Saturday, April 30, 2016

Feathered and Furry Friends at Lava Beds National Monument

On our third full day of the Winter Wings Birding Festival, we headed out to the Lava Beds National Monument on our own, just as we did a year before. It was a beautiful morning drive, with snowy Mt. Shasta glowing in the distance. It wasn’t super foggy like it was the last time we were here a year ago, so we were able to pull over onto the narrow shoulder of Hwy 161 running along the Oregon-California border to check out the waterfowl hanging out in Lower Klamath Lake. 

Mount Shasta as the sun rises

Lower Klamath Lake

Bald Eagle

The serene waters were dotted with black, white, and gray with pops of red from lovely Redheads. The clear blue skies were happily interrupted with flocks of Tundra Swans flying by the mountainous backdrops. It was just a really fantastic scene with a somewhat busy freeway cutting right between it. 

We hit up Captain Jack’s Stronghold, a fun rocky hike with lots of nooks and crannies perfect for hiding and imagining what it may have been like when it was used as a natural fortress in battles in the Modoc War. We had great views of Mt. Shasta, but unfortunately, we only had a handful of birds, and none of the wrens (Rock or Canyon) we had expected.

Walking around Captain Jack's Stronghold

Cool, colorful lichen

Mt. Shasta

On the drive along Tule Lake, we stopped at a couple of pullouts, getting nice views of a juvenile White-Crowned Sparrow and juvenile Red-Tailed Hawk. We also got to admire the mightiness that are Canvasbacks. These big ducks are some of my favorites with their striking red heads and big, sloped bills.

Juvenile White-Crowned Sparrow

Juv. White-Crowned Sparrow

Juvenile Red-Tailed Hawk


Our next main stop was Petroglyph Point. As expected, we saw Prairie Falcons circling the large rock island. Nick and I were able to get a few nice shots, including some with a little morsel of what was likely a Belding’s Ground Squirrel. I didn’t quite get the awesome shot of tandem ones in flight like before, but still very happy with this sighting. 

Prairie Falcon

No, not an extra set of furry legs - the legs and tail of its prey!

Belding's Ground Squirrel - likely prey item

We also got a few other surprises here, like TWO different nesting owls. A Great Horned Owl was nicely poised on its nest, giving us a stare down. It didn’t seem too bothered by us or the van-load of photographers who stopped here on one of the Winter Wings Festival guided photography tours. The Barn Owl, on the other hand, was content to keeps its back turned towards us. How I found it in this tiny crevice, I don’t know. But once I saw it, I knew for sure it was a beloved Tyto.

Great-Horned Owl

Barn Owl

We got a quick glance at a Rock Wren before it darted out of sight. But we did get good looks at some other critters at Petroglyph Point, including this strapping Yellow-Bellied Marmot and this tiny wolf spider of some sort. Arachniphobes - beware of awesome up-close photos!

Yellow-Bellied Marmot

Wolf Spider

Wolf Spider

Time restraints prevented us from exploring the lava tube caves last time, but this time we were able to check them out. I discovered that I’m a bit freaked out by caves. Pure darkness without knowing how deep the cave is and not knowing if some dangerous critter is just around the corner was a bit unnerving. But it was totally cool and fascinating to walk around and see the super cool textures remaining from ancient lava flow (from 10,500 to 65,000 years ago).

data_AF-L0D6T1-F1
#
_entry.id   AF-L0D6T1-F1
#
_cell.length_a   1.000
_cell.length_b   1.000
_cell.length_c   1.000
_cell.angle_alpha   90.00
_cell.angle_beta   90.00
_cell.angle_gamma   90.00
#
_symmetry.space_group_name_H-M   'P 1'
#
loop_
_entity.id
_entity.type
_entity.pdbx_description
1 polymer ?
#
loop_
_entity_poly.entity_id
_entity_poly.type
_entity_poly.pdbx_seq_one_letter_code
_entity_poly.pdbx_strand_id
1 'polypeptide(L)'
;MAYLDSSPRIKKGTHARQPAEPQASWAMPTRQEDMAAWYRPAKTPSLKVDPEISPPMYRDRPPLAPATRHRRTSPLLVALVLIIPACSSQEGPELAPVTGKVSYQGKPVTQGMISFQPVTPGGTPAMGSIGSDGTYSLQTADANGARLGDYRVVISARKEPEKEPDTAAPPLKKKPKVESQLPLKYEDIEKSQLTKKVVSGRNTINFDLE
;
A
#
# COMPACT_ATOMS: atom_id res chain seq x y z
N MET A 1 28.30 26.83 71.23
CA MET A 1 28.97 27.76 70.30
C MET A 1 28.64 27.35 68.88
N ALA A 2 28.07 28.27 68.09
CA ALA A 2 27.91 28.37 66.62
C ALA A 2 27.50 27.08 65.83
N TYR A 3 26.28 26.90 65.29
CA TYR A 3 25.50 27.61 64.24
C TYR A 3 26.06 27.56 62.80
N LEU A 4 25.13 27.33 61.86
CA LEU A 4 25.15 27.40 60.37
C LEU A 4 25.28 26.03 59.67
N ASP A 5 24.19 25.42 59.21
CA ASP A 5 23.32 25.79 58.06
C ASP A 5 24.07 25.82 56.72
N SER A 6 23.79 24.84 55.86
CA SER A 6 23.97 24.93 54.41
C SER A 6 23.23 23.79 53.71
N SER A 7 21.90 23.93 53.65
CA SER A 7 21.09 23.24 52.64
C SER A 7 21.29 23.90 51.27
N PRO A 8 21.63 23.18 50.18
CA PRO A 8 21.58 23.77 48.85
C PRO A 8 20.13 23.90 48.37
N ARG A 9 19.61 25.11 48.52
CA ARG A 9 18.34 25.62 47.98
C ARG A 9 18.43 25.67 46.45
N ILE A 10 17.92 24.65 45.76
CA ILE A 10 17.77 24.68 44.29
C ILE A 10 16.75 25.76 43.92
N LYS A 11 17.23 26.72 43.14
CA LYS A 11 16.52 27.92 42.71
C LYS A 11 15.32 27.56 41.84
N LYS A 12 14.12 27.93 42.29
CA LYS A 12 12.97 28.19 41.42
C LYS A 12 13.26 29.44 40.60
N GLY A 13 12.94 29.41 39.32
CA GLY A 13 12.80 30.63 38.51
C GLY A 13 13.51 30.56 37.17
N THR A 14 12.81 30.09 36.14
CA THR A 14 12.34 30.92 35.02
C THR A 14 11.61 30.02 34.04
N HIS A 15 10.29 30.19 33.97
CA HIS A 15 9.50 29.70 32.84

Entering a cave

Cave Ceiling

I call this my "X-Files" Photo

Exploring the cave

More cool lava tube cave textures

This trip was filled with Townsend’s Solitaires. We saw them at just about every stop, and quite a few at a time around the caves. We got great looks at one in particular – such great looks that one even came down within a few feet from me on the ground, but it was too close for my telephoto lens to capture it! I cursed like a sailor about this missed opportunity, as I knew it would NEVER happen again. But I have since mostly calmed down about the whole thing (haha) and enjoy the memory and these pics.

Townsend's Solitaire

Townsend's Solitaire

Our day ended at Big Painted Cave where we expected to see some pictographs. We did not find them, but we found something even better – a PIKA!!! It was super cooperative, and I think we must have watched it run back and forth from its hay pile to its feeding spot for at least half an hour. We knew they could be around, but we did not know that we’d be lucky enough to find one, and such a cooperative one at that. I don’t even need to tell you how adorable these guys are. Just look at this one and see for yourself why this has got to be one of the top cutest animals on the planet!

(For best quality and full Pika effectivness, select to watch in 1080p HD)

It was such an amazing way to end the day. Oh how I just love this beautiful desert!

Because everyone needs a Pika GIF in their lives.


  1. Replies
    1. Right? Maybe one of the best things I've ever done.

  2. hehe...Owls just hiding in the rocks--otherworldly.

    That seems like a super cool and one-of-a-kind area. Pika and YB Marmot? I had to go up to 12k feet to see them in Colorado. How high was this in OR?

    Congrats on the Prairie Falcon--that's not a bird to count in in any given year.

    1. Thanks! This is just the coolest place to see Prairie Falcons. As for the Pika and YB Marmots, they are awesome! This was technically in Northern California, and the elevation there was a bout 4700 feet. And actually I think Pika in the Columbia River Gorge near Portland are some of the lowest elevation Pika at just a few hundred feed above sea level! And we've seen the marmots in Central and Eastern Oregon near Crater Lake and Malheur NWR, which is ~ 4100 feet elevation.